In figure 12, we present the collapse of the period data presented in figure 7. The model adequately collapses the observed period data to *T*^{*} for loads released near the beam centre, . For loads released substantially off centre, the period is found numerically by integrating (3.16) for various load-to-beam mass ratios, and given by the solid and dashed curves. Note that while (3.16) captures the observed upward trend in period with increasing release distance, it overpredicts the period for heavy loads released near the beam's ends. The discrepancy likely arises from shortcomings of the quasi-static approximation, specifically the neglect of the beam's inertia.

### (c) Inclined beam *θ*≫1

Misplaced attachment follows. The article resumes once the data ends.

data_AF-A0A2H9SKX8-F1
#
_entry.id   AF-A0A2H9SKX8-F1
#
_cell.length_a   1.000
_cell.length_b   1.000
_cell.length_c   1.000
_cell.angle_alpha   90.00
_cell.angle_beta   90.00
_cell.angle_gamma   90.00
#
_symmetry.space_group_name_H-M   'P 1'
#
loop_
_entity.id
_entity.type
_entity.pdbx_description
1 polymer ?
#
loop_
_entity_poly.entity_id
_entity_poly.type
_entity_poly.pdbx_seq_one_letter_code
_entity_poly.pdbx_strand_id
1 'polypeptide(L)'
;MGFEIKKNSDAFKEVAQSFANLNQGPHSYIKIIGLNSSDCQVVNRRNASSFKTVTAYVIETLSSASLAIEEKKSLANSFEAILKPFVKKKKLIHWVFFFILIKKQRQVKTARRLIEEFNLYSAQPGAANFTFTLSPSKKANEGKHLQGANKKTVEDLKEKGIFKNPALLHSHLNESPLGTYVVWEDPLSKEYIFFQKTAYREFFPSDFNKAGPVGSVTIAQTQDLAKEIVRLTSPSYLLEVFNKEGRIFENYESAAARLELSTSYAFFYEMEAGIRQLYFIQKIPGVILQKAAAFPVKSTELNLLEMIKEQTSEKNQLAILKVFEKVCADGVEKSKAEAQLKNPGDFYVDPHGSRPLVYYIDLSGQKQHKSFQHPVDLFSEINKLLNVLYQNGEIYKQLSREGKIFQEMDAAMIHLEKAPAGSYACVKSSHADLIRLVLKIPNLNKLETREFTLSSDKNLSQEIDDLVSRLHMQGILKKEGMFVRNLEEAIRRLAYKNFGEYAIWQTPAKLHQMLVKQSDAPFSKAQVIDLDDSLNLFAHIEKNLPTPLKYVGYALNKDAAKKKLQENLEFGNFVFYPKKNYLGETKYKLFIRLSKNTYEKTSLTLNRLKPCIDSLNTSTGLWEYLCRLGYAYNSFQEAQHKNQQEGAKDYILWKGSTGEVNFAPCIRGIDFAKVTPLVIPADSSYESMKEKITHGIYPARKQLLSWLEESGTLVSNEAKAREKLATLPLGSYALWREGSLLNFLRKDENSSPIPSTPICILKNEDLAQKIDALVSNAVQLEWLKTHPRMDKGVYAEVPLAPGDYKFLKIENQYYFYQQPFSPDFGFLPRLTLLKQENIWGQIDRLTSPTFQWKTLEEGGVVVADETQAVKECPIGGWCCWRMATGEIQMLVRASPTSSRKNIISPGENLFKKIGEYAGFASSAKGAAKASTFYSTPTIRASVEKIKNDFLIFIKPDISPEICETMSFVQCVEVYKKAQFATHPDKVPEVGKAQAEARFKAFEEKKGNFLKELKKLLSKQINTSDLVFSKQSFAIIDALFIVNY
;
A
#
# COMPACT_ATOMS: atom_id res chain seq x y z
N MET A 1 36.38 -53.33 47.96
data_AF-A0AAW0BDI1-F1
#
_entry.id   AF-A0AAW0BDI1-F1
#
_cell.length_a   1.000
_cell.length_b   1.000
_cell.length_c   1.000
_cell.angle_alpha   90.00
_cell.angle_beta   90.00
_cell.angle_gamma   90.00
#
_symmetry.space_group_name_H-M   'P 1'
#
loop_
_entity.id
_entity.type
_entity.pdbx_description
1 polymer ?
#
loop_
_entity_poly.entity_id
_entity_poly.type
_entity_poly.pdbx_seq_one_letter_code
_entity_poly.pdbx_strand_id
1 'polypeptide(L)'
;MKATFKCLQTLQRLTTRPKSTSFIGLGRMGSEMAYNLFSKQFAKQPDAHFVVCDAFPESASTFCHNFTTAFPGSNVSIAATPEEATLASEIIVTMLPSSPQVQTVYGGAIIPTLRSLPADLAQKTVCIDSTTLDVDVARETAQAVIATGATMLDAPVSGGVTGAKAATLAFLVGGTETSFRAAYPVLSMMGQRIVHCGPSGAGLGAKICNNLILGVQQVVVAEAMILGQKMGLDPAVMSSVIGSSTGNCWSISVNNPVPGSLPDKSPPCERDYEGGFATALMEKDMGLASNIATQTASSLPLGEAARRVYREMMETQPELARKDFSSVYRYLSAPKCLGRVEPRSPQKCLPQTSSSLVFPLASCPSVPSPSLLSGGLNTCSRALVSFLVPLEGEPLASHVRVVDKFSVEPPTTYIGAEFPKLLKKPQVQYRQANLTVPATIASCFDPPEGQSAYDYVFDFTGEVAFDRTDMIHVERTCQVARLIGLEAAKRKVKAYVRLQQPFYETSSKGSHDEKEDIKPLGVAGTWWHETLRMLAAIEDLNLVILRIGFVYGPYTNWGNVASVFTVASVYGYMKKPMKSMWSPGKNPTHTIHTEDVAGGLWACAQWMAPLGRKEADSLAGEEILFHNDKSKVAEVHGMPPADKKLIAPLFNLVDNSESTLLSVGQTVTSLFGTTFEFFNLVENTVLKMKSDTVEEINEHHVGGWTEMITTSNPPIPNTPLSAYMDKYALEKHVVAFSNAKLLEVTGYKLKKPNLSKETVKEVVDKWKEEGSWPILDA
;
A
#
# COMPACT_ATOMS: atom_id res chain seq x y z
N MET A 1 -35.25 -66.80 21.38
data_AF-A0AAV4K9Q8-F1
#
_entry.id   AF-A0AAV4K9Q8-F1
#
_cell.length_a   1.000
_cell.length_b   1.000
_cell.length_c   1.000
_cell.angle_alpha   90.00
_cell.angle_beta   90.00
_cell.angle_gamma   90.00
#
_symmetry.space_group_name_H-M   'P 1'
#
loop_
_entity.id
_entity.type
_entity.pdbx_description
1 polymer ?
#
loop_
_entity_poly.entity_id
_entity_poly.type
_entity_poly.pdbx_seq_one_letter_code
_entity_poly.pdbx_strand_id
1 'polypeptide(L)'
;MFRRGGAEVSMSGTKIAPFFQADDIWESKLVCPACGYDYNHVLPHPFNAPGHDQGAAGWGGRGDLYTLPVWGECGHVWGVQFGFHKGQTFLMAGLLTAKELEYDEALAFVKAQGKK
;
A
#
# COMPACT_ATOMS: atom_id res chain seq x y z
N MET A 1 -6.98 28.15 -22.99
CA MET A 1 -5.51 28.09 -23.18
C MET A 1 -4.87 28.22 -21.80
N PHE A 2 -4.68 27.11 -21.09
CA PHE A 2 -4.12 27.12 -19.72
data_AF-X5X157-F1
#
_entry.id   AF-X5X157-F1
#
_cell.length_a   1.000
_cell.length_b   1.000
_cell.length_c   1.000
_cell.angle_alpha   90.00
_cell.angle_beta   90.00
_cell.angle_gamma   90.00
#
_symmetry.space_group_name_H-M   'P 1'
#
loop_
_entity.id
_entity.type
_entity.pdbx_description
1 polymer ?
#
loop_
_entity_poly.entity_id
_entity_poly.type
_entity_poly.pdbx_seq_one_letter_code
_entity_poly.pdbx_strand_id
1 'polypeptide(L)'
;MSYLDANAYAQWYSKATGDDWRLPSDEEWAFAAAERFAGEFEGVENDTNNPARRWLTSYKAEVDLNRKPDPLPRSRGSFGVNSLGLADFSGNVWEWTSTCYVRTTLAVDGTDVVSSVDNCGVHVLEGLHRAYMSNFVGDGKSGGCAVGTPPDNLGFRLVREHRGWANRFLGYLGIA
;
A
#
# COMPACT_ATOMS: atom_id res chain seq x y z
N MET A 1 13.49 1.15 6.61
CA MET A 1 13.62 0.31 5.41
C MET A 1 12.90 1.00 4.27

Unlike in Galileo's classical study of rolling spheres along a rigid ramp, the sphere's mass affects both its trajectory and velocity when descending along a flexible beam. In particular, as the load-to-beam mass ratio =*m*/*M* increases, the descent time decreases. This trend is observed in figure 9 for a particular incline, *θ*=10°, where the theoretically predicted descent time is obtained via numerical integration of (3.16). The agreement between the theoretical prediction (solid curve) and experiment is excellent, with the exception of the data point representing the heaviest sphere. We note that in this case, the sphere loses contact with the beam (figure 8*c*), so (3.16) is no longer valid. For the sake of comparison, the descent time along the corresponding brachistochrone curve is given by the dashed line in figure 9. Recall that the brachistochrone curve, the curve of the fastest descent in a gravitational field, may be defined parametrically as(3.20)where we take the origin of the Cartesian coordinate system (*ξ*, *η*) to be the upper end of the curve, with *η* aligned with the direction of gravity. By specifying the lower end of the curve (*ξ*_{0}, *η*_{0}), the coefficient *β* is found by solving numerically the relationshipfor *ϕ*^{*} and substituting the result into (3.20). The descent time along the brachistochrone curve is therefore(3.21)